The first wave of Houston food trucks has long since come ashore, and some might say the movement has largely jumped the shark already. The earliest ventures have gone brick and mortar, some long enough ago to have already closed again. The trend was probably a victim of its own success, with proliferation meaning they were no longer hip and niche. But not to put too fine a point on it, I’d say the death knell was aioli.
Just like a hipster listening to some band you’ve probably never heard of, chefs have to stay ahead of the curve, and their hit trends gradually catch on with a wider audience until even Olive Garden is using arugula or making avocado toasts or dousing everything with aioli. If Houston knows anything, it’s tacos (Austin notwithstanding), and it got to a point with the food truck segment I’ve called the Aioli Brigade that you could easily pay $10 for a couple of tacos. Tacos aren’t fussy, and the best street versions whether in Mexico or at the less refined taco trucks around town should cost a couple of bucks. After business trips from Cancún to Guadalajara and points in between, I’d grow accustomed to grabbing a taco by the office or heading out from a bar, and miss it on my return to Houston. Either the inner loop trucks weren’t working that early or they wanted $8 for pork belly. Only Tacos Tierra Caliente and a couple others filled the rôle.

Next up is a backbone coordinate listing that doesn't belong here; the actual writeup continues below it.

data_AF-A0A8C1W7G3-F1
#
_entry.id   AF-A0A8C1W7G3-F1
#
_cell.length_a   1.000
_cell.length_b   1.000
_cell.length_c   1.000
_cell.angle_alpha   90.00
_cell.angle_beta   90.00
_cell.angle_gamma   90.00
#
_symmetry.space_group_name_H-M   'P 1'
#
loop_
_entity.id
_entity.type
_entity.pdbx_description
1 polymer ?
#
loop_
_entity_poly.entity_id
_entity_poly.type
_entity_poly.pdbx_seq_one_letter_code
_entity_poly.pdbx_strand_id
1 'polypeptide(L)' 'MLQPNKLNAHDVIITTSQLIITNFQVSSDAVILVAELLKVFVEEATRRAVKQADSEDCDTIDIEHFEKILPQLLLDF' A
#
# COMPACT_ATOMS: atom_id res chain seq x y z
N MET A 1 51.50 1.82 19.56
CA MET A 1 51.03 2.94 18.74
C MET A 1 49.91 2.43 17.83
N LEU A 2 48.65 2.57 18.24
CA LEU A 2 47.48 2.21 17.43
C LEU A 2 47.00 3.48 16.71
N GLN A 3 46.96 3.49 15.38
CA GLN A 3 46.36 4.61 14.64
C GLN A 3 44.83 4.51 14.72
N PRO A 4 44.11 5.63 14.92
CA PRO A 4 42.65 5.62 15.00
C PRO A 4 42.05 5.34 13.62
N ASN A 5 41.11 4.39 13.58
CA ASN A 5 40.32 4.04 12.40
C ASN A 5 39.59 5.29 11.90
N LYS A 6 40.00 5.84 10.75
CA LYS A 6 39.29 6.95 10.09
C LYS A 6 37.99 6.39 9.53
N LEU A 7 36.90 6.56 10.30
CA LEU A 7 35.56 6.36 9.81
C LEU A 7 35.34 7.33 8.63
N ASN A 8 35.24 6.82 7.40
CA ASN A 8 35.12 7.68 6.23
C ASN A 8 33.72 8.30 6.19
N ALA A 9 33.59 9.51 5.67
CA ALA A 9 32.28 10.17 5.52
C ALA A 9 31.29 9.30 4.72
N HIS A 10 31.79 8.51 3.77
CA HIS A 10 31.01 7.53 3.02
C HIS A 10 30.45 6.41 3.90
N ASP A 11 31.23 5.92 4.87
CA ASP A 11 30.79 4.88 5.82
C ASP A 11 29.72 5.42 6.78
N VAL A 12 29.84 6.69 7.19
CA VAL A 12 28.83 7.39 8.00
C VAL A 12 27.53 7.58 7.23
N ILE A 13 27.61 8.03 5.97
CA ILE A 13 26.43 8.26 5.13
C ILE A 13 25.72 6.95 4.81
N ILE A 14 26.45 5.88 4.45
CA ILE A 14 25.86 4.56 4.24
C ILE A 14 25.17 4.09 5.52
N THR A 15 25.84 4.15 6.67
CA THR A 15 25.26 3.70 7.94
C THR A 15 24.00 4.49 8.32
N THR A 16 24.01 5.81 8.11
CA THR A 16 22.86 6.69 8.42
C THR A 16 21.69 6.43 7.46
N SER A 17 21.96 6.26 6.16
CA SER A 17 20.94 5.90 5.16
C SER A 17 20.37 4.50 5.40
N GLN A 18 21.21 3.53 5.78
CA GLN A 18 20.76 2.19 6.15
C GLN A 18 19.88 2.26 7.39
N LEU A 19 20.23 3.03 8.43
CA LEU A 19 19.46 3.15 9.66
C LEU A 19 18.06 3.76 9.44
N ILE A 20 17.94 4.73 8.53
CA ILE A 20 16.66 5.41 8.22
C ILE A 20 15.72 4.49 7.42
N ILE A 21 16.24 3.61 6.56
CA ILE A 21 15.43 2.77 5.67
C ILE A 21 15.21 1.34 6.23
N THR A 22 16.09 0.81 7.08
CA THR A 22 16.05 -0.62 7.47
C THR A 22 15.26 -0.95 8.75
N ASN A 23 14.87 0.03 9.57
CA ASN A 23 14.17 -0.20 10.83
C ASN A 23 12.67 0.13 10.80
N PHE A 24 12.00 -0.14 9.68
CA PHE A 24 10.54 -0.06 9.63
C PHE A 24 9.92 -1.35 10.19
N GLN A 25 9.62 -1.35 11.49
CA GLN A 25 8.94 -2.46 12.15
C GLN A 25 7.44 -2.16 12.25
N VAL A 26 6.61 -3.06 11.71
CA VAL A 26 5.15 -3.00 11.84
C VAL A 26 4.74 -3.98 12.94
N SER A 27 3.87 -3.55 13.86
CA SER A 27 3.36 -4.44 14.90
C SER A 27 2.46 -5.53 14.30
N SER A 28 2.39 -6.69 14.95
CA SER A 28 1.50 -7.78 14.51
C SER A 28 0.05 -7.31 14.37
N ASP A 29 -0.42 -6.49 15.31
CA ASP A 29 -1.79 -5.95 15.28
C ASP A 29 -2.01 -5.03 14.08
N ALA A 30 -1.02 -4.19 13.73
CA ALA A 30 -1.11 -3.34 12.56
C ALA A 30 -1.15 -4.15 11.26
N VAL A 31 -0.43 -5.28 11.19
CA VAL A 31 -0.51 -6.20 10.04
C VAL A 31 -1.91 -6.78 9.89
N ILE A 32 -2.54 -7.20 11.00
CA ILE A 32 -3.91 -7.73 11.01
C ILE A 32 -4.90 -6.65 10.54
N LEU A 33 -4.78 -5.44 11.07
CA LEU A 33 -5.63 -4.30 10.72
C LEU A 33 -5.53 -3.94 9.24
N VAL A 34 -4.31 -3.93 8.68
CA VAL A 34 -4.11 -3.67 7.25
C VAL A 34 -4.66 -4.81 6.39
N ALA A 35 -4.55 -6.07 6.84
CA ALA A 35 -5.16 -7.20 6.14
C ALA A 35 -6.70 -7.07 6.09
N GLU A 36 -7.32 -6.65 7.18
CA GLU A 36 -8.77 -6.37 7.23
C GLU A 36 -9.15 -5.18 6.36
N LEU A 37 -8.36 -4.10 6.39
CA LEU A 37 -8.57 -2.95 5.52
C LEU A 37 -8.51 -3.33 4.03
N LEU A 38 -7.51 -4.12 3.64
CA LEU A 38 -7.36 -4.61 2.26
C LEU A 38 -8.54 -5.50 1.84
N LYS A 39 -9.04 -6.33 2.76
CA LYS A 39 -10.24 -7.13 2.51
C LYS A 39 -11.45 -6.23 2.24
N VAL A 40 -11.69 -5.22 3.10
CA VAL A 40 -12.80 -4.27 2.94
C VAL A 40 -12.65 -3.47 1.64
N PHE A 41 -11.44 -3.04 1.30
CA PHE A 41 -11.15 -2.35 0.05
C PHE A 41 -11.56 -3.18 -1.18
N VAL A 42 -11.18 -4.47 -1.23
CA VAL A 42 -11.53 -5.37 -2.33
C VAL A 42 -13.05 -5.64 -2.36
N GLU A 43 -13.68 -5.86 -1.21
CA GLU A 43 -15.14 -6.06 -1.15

Enter Taquería Barba, parked in the lot on Hemphill behind the art gallery at Washington, next to FrameTek (you know, the one with the big gorilla painted on the side). They’ve got some hipster pedigree (barba = beard), but they’re making legit street-style tacos for just a few pesos. A straightforward menu features some of the best carne asada, grilled chicken, and smoked pork tacos I’ve come across, with add-ons like grilled onions or jalapeños plus cheese and avocado for just a few cents more. Delicious elotes, quesadillas, and tamales round out the menu along with Topo Chico, Mexican Coke, and Squirt to wash it all down. In the morning, fill up on breakfast tacos with bacon, potatoes, or chorizo, then walk across the street to Catalina Coffee for your caffeine fix. Hell, at 9 am you could walk next door to Cutthroat Barbers for your shave as well.
Maybe it’s Texan blood coursing through my veins, but I often find myself craving a quick taco, and don’t always want to spend more than a Hamilton. I’ll easily go out of my way to swing by Taquería Barba for comida callejera. Actually, I’m starting to think it’s specifially a Barba craving. Buen provecho.Share this: